SEO can be such a charged word – some people love it, some people hate it, some people have no idea how it works and feel like it’s a black box. Regardless of where you fall, SEO is an important part of any online business and the articles in this post discuss search engine optimization.
Jim: Today’s post comes from my friend Michael of Financial Ramblings. You may not have heard of Financial Ramblings but he previously had a successful exit from a high profile personal finance blog.
So you can imagine my surprise when he messaged me about something interesting he discovered – his site’s blog carnival links were killing his search traffic. As recently as Fincon2013, I said that blog carnivals wouldn’t help but I didn’t think they’d hurt. Seems like I was wrong — they can hurt.
Update: There’s a good discussion in the comments about how this isn’t an indictment on carnivals but more about overoptimization (since carnivals often link to your article with the title). I agree that the underlying culprit is overoptimization but blog carnivals are how a lot of bloggers overoptimize.
Also, a total of five bloggers have privately told me that they saw a lift in search after they disavowed carnivals – all within days of submission (3 – 10) and not all were during the same time frame. I agree that five is not a lot, nor is it a proof of causation, but it is worth mentioning.
While at Fincon, I remember talking with a few people about the dangers of posting sponsored posts. I’ve long believed that selling sponsored posts, labeled or otherwise, is not something that can hurt your site. At worst, your links may not pass any more link juice but your search results won’t be adversely affected. When we were talking, that’s exactly what I told them.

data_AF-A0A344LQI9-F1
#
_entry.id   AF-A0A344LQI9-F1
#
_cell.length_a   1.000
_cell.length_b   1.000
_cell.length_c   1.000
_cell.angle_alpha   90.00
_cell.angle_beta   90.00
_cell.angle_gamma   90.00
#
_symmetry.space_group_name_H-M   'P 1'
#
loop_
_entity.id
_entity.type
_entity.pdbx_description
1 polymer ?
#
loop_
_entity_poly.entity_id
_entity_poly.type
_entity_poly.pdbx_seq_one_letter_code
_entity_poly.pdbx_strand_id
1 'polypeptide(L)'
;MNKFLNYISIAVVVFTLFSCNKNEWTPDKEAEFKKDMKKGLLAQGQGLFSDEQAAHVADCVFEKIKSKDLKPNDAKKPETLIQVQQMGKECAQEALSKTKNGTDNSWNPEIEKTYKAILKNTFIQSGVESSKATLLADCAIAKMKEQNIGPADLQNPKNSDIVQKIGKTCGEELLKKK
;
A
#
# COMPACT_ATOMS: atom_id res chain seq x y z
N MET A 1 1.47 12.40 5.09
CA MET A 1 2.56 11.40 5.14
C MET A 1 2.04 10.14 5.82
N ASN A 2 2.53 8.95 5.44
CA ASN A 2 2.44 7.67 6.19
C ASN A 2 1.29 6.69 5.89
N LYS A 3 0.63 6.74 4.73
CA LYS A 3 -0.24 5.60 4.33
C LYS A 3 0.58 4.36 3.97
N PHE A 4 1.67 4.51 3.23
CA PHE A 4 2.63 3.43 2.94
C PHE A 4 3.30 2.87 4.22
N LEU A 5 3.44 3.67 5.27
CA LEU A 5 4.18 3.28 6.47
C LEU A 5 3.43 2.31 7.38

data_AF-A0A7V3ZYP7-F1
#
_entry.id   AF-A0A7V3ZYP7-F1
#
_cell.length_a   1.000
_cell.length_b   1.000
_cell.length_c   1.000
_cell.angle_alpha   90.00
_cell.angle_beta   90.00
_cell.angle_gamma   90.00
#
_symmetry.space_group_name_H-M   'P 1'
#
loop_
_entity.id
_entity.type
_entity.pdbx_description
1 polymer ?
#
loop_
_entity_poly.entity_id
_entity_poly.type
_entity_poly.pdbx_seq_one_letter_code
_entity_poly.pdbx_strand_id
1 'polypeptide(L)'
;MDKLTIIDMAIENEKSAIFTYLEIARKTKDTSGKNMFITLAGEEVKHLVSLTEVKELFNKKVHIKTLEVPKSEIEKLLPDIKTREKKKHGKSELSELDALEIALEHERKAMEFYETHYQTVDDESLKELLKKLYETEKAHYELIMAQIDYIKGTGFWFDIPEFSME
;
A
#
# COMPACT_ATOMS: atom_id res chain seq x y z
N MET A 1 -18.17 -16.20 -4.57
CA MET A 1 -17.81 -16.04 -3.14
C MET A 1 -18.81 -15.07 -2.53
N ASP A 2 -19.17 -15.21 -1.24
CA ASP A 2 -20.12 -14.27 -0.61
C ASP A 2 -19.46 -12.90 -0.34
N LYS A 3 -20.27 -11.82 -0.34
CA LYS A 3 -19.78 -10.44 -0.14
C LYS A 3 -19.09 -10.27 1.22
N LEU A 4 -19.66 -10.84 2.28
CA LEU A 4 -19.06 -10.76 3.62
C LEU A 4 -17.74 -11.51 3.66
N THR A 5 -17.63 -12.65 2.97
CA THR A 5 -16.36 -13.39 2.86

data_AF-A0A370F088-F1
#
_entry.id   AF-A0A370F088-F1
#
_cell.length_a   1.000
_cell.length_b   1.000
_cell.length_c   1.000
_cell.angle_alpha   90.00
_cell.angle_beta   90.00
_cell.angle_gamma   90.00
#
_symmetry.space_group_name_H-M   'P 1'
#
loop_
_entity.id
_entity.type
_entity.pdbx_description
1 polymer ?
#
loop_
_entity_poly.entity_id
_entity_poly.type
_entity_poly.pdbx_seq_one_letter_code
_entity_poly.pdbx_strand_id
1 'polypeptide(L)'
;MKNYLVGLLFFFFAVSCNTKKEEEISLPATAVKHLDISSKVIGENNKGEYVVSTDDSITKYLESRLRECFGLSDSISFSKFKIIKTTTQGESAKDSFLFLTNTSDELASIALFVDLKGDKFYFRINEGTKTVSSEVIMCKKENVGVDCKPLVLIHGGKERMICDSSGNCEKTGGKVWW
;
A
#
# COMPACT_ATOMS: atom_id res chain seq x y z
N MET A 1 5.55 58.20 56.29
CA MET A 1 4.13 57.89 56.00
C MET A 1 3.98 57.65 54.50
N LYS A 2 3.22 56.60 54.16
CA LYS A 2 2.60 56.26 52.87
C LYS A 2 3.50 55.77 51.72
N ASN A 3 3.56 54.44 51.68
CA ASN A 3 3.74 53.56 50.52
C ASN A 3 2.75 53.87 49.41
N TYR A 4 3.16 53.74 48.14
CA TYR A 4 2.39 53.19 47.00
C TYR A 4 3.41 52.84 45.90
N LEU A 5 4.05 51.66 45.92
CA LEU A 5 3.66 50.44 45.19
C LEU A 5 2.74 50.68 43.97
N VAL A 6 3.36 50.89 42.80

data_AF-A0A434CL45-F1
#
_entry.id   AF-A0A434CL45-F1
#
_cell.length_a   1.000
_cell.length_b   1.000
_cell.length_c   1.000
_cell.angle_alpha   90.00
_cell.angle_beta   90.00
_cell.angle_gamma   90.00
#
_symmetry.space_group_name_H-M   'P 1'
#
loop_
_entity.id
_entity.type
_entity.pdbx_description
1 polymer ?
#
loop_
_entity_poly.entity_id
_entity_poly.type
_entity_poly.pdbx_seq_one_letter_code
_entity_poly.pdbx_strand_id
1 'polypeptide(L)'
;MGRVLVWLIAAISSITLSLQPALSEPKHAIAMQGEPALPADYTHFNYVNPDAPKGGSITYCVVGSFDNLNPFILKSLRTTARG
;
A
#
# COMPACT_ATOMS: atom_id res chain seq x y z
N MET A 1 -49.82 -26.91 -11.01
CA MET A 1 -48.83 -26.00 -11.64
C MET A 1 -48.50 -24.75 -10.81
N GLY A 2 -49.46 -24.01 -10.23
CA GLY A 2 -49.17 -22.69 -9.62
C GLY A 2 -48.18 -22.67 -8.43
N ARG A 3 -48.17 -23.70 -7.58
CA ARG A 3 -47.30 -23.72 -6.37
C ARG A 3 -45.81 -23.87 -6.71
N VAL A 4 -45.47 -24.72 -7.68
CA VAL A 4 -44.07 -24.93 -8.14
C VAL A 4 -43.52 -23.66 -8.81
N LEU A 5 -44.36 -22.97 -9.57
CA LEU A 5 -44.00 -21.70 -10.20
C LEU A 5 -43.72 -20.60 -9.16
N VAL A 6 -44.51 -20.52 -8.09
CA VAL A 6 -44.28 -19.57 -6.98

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Sell posts if you want, get the money, and don’t let fears of Google and other external factors influence you. It’s your business, don’t let someone else tell you what to do.
Personally, I think paid posts are a short term way to make money with your blog. I think you’re better off pursuing other avenues but sometimes you need to do what you need to do. A bird in the hand is worth two in the bush and these particular birds are unlikely to hurt you.
You might be penalized for paid posts
That said, in doing more research, I discovered that there is a small probability you would get hurt for selling posts. There is a set of “manual actions” that Google can take if it believes you’re doing something against its guidelines and the one that may apply here is “unnatural links from your site.”